How to Treat and Prevent Cycling Knee Pain

Whether you cycle competitively, as a hobby, or simply as a free and carbon-neutral way to get from A to B, you may have experienced some form of knee pain after long stretches on your bike. Cycling knee pain is particularly common at this time of year as the weather improves and we venture out of hibernation and back onto our bikes, stressing joints that may not be used to the movement after a few months of choosing the sofa over the saddle!



So-called ‘spring knee’ can dampen our excitement to hit the tracks again, or be a frustrating obstacle to our daily commute. But this doesn’t have to keep you off your bike – read on for our advice on treating knee pain and preventing it from recurring (or happening in the first place!), so you can make the most of the sunny weather and longer evenings on two wheels.


What causes knee pain?


Patellofemoral knee pain refers to any pain in your knee (in front, behind and around the kneecap). The interesting thing about knee pain is that it’s rarely caused by an issue with the knee itself; more often the knee is the expression point for issues stemming from the hip, ankle and even the lower back.


The first step to treating your knee pain (and prevent it from reoccurring) is to identify what’s causing it. There are several different types of knee pain, and the solution will differ depending on the source of the pain.


Anterior Knee Pain (pain at the front of the knee)

This is most often caused by excess force through the knee joint, causing inflammation to the patella (a small, flat bone where the thighbone and shinbone meet). Ideally when bending and straightening the knee, the patella should be sliding smoothly over the joint. Achieve this by stretching your quads to avoid over-tightness, which can pull on the patella.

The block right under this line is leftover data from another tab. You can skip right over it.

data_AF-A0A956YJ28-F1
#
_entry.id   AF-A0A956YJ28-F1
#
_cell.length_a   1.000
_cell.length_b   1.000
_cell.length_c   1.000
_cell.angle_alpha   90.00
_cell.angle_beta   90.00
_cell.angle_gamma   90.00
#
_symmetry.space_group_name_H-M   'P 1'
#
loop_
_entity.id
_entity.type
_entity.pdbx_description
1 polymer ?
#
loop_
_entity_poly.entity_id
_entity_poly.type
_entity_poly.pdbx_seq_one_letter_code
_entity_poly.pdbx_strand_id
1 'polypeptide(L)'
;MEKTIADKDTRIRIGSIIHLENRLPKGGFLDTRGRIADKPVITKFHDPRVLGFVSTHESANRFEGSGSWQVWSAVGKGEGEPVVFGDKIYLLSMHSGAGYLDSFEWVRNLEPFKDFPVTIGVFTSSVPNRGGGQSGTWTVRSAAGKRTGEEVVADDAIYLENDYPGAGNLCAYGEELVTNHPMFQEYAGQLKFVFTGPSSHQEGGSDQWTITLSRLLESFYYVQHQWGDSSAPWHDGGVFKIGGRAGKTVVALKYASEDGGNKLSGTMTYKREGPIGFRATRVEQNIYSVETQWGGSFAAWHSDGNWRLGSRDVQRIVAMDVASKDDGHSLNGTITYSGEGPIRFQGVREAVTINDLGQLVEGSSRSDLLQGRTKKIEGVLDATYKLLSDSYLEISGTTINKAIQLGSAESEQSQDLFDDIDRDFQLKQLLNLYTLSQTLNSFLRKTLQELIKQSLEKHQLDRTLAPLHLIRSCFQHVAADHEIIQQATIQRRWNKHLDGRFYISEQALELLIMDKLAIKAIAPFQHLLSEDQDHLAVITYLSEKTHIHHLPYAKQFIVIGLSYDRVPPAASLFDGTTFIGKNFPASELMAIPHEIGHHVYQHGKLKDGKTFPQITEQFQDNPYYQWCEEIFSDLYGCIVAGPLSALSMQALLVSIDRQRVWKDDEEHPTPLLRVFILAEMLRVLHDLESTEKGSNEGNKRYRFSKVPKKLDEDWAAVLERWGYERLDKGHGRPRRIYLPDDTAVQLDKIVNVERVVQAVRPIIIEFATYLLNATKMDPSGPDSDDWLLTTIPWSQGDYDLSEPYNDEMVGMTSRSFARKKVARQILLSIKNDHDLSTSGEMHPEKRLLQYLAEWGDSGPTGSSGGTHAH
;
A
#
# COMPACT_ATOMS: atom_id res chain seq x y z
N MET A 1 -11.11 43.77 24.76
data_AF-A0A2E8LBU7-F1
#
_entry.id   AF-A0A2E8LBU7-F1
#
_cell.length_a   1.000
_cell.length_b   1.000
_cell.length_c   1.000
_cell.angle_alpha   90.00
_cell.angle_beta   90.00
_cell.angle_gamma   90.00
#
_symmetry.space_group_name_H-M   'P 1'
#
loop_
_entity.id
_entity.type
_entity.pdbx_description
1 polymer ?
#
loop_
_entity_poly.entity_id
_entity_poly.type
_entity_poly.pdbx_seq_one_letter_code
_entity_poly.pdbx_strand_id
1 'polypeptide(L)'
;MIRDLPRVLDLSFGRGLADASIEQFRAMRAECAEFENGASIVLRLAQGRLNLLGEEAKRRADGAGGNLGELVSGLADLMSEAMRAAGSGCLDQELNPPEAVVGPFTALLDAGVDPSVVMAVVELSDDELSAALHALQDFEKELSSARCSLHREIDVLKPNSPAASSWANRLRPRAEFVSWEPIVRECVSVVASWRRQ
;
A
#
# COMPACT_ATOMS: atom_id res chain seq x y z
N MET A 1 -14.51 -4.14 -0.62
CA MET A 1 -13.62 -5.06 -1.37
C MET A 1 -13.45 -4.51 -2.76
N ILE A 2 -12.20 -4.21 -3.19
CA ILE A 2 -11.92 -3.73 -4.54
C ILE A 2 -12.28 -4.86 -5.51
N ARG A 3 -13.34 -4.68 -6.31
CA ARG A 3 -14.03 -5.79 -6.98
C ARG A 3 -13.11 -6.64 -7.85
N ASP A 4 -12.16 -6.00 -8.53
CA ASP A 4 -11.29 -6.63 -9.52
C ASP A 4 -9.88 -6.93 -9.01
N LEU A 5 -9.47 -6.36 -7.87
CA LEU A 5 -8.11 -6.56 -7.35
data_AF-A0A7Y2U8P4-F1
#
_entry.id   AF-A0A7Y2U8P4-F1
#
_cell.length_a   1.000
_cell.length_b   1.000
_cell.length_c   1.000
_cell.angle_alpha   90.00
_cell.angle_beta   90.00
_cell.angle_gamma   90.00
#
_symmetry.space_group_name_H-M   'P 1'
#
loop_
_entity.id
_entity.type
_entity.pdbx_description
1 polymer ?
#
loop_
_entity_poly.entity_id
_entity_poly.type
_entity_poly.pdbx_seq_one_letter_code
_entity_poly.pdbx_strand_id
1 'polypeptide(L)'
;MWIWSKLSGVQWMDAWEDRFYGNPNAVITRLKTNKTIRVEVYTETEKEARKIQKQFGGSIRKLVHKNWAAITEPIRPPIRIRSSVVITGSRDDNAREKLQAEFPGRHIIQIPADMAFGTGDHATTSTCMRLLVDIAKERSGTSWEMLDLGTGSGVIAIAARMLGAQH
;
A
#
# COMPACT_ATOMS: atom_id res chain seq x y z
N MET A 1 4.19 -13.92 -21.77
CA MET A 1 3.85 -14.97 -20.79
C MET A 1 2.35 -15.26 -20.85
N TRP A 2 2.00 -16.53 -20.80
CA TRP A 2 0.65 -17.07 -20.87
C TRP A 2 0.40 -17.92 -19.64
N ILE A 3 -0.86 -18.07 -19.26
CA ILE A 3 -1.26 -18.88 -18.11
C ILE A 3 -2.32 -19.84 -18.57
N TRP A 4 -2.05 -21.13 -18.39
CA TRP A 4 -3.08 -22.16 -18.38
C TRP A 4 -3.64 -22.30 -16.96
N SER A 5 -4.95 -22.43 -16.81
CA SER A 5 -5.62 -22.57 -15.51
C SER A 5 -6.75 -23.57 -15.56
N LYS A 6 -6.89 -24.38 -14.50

Be mindful of fully extending your leg when pushing into the pedal, as not doing so can cause an imbalance in the muscles that run down the inside and outside of your thigh, over time pulling our patella slightly out of alignment.


When it comes to your position on the saddle, ensuring your saddle isn’t positioned too low or too far forward will alleviate strain on the knee joint


Posterior Knee Pain (pain at the back of the knee)

This is almost always caused by overextending the knee during pedal strokes. Adjust your saddle so that it’s not too high or too far back - this will stop you from overstretching the tendon at the back of your knee and quickly alleviate posterior knee pain.


Tight hamstrings can also be a contributing factor, so take some time to stretch before and after your ride.


Medial and Lateral Knee Pain (pain at the inside and outside of the knee)

The culprit here is most likely improper cleat position causing your foot to be tilted inwards or outwards on the pedal and stressing collateral ligaments either side of the knee.


Cleats should be positioned directly under the ball of the foot, so that the force travels straight down from knee to pedal, rather than forcing your knee towards or away from your bike.


Ensuring your bike is properly set up for your body shape is essential for keeping your joints safe while cycling, so we recommend either booking in for a professional bike fit or following DIY instructions from a reliable source.


It’s worth noting that often pain in one part of the body can be ‘referred pain’ with the source in another area, so we recommend checking in with a professional Physiotherapist who can help you find and treat the true cause of your knee pain.


If you’re suffering from knee pain after cycling, or are looking to take up cycling but worry about stressing your knee joints, why not book an appointment with one of our experienced Physiotherapists and Osteopaths? Our friendly and professional team can help identify the cause and guide you through effective solutions to treat pain, as well as offer tailored advice to prevent pain occurring in the first place.

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